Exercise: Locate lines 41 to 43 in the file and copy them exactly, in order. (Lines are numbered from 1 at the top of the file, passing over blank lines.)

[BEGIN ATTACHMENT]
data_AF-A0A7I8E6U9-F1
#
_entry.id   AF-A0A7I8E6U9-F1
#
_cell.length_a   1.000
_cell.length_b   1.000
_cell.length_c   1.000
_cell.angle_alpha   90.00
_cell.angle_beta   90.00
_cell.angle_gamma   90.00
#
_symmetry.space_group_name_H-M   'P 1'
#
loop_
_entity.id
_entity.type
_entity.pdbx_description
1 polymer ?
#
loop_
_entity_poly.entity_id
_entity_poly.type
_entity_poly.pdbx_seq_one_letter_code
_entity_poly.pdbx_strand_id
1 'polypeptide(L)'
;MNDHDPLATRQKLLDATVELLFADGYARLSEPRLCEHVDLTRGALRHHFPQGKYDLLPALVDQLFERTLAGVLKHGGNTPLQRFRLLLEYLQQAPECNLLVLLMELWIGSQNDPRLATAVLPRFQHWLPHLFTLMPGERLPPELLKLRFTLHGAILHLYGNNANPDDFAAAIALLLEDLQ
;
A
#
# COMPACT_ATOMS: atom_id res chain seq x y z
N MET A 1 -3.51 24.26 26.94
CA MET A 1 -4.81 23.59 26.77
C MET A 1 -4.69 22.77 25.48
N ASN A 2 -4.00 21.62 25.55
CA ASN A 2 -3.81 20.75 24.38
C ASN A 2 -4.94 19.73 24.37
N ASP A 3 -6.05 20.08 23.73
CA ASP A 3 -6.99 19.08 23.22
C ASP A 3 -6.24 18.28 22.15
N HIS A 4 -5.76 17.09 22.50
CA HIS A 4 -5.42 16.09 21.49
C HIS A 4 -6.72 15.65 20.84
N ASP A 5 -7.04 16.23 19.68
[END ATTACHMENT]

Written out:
CA HIS A 4 -5.42 16.09 21.49
C HIS A 4 -6.72 15.65 20.84
N ASP A 5 -7.04 16.23 19.68